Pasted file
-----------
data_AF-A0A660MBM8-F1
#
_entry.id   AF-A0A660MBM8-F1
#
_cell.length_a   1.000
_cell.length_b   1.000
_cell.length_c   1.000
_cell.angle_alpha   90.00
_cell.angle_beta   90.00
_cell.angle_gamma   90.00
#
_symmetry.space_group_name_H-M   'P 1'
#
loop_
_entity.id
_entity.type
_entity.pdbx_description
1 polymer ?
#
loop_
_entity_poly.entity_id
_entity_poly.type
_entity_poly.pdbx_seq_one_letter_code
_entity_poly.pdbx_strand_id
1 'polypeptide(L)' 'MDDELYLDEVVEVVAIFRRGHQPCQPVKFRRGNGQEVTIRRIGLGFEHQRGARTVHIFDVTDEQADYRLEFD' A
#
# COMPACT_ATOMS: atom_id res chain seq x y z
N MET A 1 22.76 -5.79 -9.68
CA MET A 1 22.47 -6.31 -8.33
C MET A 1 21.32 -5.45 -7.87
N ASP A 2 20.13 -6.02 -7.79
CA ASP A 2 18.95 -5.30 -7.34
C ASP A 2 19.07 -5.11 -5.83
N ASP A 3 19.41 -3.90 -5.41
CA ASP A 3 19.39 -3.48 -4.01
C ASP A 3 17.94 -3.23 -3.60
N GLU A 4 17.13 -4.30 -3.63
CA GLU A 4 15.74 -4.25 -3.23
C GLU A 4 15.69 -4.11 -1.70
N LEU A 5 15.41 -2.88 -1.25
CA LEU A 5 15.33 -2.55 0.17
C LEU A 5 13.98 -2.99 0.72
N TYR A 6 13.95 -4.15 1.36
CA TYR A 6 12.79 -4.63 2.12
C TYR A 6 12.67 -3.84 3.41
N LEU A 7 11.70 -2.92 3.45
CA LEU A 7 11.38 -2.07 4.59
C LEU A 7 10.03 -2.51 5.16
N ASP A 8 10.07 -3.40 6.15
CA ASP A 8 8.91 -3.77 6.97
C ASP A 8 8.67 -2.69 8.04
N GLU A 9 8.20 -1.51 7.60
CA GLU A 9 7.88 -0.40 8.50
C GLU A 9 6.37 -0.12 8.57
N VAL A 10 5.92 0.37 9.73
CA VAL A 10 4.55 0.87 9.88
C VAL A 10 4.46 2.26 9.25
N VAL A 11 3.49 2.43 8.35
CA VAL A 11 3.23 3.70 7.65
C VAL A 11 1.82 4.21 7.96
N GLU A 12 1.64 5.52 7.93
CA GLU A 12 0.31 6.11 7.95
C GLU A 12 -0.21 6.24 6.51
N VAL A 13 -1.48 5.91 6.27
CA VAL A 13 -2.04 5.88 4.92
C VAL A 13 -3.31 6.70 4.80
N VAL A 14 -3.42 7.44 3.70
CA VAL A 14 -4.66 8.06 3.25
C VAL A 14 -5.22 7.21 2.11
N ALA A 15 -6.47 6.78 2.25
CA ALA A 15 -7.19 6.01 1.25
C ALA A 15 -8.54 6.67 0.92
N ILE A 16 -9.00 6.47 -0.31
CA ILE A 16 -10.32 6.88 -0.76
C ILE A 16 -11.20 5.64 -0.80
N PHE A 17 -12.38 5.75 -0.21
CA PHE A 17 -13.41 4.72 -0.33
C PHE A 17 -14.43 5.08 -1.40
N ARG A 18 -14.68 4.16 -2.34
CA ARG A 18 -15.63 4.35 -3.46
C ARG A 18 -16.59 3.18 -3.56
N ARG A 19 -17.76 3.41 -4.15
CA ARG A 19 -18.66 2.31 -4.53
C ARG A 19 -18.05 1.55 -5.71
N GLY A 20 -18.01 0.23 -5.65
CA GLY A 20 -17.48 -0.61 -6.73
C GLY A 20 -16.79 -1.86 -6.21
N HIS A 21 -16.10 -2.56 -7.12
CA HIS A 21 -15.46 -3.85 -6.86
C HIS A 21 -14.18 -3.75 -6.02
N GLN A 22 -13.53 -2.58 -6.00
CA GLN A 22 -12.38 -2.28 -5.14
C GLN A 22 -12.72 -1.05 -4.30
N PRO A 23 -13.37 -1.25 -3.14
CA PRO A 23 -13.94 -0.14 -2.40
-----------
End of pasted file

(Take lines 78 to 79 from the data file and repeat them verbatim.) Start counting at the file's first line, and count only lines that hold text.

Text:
C PHE A 17 -14.43 5.08 -1.40
N ARG A 18 -14.68 4.16 -2.34